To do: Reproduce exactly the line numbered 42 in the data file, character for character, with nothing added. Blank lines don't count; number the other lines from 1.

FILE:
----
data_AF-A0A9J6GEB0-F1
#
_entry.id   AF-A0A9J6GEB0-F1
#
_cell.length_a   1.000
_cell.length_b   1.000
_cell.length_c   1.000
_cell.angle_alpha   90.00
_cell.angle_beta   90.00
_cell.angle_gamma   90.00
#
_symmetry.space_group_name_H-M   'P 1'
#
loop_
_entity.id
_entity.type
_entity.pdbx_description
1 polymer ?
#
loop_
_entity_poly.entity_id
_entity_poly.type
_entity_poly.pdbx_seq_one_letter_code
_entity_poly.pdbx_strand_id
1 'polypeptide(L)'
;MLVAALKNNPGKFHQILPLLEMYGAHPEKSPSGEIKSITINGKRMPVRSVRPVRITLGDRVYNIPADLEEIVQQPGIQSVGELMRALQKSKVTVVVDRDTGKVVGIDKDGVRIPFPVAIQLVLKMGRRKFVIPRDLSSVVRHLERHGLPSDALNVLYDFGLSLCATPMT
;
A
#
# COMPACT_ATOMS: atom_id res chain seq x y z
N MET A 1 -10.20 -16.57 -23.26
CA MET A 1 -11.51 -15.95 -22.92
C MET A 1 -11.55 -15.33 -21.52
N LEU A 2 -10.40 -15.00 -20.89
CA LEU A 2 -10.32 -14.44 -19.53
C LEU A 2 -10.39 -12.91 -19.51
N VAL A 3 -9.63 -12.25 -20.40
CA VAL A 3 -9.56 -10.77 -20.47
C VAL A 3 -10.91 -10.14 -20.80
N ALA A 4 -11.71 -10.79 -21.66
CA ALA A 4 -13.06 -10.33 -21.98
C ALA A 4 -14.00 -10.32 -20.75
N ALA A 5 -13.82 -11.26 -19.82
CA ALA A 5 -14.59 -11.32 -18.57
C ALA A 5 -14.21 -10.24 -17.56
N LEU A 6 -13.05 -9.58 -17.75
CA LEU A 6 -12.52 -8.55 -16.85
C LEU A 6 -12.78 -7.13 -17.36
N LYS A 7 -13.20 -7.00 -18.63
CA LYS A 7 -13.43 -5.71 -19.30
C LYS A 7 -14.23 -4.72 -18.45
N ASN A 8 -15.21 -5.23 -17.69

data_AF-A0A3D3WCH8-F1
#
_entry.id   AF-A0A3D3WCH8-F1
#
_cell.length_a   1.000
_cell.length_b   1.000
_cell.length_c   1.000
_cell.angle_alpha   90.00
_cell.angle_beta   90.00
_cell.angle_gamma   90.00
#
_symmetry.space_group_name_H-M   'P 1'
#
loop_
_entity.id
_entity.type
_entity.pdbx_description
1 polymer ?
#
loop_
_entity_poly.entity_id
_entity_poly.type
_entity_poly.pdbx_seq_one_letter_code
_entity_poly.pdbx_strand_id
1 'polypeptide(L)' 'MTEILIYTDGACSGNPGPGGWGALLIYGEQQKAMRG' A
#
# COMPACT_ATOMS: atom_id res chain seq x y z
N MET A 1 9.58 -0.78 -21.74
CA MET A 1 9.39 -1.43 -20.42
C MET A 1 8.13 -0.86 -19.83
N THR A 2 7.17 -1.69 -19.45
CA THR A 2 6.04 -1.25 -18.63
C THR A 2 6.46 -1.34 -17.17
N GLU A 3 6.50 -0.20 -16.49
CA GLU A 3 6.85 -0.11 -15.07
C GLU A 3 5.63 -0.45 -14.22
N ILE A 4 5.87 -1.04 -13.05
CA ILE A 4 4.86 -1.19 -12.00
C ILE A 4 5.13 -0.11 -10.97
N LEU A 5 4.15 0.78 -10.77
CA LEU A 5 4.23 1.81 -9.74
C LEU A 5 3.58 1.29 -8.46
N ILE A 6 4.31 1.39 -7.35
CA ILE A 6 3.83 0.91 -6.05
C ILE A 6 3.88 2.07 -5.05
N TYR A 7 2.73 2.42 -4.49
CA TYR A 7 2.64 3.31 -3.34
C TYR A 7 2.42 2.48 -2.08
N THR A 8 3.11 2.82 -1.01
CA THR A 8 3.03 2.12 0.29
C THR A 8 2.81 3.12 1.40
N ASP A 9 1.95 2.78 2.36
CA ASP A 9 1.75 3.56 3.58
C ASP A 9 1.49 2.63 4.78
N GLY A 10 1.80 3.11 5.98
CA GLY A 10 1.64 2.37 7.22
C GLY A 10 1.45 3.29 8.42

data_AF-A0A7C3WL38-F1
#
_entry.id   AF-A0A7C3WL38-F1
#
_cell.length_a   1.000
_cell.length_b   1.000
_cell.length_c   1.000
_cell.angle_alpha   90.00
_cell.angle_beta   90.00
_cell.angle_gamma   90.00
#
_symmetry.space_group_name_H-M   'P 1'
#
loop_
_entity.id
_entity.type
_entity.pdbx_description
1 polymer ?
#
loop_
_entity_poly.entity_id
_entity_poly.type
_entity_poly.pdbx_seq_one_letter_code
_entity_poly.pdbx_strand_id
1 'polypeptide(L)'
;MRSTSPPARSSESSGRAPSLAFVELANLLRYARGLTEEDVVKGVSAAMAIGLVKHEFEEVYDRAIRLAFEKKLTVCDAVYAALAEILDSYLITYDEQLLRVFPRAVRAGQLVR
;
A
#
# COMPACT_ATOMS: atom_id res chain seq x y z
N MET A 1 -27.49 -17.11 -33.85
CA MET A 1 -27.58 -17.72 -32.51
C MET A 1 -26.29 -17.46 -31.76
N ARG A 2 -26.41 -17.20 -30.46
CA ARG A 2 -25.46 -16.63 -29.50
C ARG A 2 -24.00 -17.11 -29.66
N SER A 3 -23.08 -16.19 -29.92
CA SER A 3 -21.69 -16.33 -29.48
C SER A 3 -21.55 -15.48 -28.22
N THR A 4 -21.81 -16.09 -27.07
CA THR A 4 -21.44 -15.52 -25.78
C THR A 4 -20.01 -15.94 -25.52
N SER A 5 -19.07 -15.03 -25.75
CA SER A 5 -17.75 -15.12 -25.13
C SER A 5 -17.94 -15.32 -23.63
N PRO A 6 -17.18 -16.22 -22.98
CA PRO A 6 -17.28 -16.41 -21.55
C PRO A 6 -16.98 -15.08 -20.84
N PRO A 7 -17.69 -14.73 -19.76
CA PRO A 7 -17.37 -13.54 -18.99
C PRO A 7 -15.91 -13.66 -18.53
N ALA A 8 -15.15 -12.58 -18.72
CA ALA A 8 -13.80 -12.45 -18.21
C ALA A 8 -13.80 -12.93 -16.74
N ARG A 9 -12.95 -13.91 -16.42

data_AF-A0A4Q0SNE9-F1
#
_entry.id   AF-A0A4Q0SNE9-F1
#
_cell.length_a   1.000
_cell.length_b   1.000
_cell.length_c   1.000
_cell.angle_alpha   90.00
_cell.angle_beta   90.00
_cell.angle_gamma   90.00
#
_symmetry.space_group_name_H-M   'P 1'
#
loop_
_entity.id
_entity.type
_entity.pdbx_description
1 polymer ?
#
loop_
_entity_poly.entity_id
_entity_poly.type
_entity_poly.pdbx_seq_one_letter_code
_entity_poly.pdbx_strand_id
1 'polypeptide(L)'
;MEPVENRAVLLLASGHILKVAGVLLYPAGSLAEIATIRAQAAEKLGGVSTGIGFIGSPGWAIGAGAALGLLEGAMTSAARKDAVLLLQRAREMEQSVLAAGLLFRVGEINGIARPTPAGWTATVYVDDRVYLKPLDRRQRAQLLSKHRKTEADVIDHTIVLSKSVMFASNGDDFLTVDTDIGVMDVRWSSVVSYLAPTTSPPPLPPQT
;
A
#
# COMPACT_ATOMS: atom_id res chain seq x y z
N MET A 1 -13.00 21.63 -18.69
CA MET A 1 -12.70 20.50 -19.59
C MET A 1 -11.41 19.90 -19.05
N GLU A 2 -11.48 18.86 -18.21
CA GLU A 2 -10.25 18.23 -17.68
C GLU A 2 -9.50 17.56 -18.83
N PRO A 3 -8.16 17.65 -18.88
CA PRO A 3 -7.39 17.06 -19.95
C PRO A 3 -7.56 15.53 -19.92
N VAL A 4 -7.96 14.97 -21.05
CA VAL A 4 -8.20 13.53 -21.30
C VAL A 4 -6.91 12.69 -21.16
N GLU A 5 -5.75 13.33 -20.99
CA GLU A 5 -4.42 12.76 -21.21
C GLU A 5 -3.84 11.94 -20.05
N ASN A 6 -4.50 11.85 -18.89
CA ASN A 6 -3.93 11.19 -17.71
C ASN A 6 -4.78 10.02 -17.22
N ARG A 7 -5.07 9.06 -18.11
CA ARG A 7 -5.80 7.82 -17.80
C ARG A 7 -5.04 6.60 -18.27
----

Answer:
C ALA A 4 -14.00 -10.32 -20.75